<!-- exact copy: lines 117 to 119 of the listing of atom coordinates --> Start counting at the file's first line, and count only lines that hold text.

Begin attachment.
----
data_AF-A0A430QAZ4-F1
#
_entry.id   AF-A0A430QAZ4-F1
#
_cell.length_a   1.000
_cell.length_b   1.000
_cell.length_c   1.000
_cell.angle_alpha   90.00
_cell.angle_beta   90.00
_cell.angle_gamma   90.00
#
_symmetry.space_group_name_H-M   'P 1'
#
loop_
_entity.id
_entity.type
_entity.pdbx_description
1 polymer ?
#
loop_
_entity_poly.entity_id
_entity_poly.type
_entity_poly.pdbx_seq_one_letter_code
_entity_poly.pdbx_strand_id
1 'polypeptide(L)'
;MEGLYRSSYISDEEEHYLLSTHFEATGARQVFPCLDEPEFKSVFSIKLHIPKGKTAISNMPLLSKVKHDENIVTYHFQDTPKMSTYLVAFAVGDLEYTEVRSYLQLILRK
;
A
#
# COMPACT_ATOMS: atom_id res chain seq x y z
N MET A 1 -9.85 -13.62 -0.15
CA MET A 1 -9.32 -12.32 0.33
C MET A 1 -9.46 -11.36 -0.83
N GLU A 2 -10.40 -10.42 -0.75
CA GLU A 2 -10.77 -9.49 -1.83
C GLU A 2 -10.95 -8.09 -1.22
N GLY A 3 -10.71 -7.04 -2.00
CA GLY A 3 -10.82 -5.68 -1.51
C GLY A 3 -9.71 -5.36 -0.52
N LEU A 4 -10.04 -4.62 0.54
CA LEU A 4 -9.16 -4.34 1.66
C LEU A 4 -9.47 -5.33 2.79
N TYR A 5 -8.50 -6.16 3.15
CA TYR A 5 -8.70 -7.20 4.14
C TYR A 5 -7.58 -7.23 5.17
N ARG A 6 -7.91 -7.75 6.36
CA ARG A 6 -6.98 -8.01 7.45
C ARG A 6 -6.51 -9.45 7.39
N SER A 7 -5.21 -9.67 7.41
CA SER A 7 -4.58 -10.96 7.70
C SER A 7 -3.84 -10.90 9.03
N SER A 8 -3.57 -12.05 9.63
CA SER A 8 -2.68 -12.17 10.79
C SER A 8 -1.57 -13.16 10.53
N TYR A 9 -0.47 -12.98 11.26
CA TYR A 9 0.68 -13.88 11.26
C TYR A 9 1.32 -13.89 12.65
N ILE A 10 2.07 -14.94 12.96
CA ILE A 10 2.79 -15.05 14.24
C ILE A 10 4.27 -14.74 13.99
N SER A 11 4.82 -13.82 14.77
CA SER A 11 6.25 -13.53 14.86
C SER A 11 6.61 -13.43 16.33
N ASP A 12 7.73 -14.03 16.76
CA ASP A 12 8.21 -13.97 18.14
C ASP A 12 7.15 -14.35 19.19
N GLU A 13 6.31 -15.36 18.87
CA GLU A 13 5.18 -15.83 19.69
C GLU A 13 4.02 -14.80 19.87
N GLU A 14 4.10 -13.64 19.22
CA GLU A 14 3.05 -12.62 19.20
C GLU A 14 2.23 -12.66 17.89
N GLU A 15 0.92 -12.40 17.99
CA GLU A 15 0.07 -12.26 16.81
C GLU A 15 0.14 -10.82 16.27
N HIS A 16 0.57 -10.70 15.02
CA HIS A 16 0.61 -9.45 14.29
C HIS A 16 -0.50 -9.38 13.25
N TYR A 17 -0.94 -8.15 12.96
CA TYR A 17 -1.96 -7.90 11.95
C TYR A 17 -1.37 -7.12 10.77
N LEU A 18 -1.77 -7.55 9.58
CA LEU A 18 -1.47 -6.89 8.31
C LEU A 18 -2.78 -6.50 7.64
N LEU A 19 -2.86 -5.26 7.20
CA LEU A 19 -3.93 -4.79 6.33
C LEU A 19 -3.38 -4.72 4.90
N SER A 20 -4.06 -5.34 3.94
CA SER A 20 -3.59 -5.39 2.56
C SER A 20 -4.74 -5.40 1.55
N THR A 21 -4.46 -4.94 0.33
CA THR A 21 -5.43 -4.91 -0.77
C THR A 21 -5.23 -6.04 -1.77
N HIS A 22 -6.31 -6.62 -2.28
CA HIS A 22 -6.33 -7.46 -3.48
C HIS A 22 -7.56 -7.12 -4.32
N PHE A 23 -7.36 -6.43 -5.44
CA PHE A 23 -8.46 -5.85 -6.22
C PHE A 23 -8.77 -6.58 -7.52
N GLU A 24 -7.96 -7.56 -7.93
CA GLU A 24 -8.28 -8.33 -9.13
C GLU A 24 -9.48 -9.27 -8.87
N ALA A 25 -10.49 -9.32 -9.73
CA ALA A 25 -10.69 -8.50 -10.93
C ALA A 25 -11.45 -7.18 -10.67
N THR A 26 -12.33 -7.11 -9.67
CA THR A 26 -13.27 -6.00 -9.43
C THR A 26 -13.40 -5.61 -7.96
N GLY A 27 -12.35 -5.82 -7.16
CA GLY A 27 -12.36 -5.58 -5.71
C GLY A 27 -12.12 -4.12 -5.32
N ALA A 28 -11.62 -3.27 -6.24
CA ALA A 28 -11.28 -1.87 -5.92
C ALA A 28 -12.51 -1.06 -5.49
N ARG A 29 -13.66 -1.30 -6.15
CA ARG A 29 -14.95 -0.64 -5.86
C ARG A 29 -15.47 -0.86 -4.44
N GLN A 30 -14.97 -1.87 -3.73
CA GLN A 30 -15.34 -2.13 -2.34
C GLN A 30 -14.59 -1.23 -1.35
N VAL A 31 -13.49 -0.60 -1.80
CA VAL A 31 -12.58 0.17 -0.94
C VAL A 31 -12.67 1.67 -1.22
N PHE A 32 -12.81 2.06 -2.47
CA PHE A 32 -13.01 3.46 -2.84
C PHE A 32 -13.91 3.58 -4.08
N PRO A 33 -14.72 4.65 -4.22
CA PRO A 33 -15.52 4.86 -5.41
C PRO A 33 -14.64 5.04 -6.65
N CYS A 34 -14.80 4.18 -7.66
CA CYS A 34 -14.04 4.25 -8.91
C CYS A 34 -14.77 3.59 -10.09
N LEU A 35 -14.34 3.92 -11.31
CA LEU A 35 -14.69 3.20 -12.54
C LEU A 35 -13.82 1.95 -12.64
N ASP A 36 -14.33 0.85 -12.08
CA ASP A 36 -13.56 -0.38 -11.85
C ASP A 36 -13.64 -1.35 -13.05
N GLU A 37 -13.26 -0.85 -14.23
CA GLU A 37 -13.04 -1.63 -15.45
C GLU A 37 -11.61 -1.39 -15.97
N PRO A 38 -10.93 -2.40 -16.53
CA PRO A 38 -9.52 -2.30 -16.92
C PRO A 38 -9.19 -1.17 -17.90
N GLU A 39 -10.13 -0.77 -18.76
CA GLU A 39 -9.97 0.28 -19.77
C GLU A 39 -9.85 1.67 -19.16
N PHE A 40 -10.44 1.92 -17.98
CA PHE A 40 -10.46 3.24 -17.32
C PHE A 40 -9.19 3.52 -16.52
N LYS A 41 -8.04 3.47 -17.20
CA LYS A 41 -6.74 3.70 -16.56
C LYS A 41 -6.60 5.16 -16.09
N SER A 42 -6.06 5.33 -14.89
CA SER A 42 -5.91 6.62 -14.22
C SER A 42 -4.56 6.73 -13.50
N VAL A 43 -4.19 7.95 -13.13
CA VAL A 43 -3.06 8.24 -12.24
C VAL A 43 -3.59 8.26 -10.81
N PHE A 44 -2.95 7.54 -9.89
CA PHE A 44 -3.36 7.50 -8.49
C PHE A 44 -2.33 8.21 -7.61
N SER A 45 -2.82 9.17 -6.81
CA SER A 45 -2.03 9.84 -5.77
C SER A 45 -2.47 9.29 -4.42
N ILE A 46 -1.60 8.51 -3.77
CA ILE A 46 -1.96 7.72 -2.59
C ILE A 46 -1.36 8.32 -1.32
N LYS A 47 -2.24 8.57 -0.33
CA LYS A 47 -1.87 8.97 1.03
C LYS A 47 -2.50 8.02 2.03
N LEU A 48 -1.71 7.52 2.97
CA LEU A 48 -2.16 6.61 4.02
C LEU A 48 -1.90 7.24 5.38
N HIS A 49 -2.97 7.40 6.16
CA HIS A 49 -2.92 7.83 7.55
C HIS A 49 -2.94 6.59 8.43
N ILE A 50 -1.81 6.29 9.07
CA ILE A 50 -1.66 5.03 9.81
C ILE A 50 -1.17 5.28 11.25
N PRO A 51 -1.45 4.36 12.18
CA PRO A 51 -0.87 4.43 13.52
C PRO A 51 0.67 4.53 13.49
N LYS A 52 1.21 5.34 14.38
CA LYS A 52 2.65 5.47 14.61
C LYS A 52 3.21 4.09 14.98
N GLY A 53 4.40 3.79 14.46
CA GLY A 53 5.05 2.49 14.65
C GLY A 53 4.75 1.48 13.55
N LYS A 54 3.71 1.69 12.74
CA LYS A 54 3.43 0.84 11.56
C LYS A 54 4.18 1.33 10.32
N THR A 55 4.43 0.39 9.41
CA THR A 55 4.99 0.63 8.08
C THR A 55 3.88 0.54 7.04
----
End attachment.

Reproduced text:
C ARG A 29 -15.47 -0.86 -4.44
N GLN A 30 -14.97 -1.87 -3.73
CA GLN A 30 -15.34 -2.13 -2.34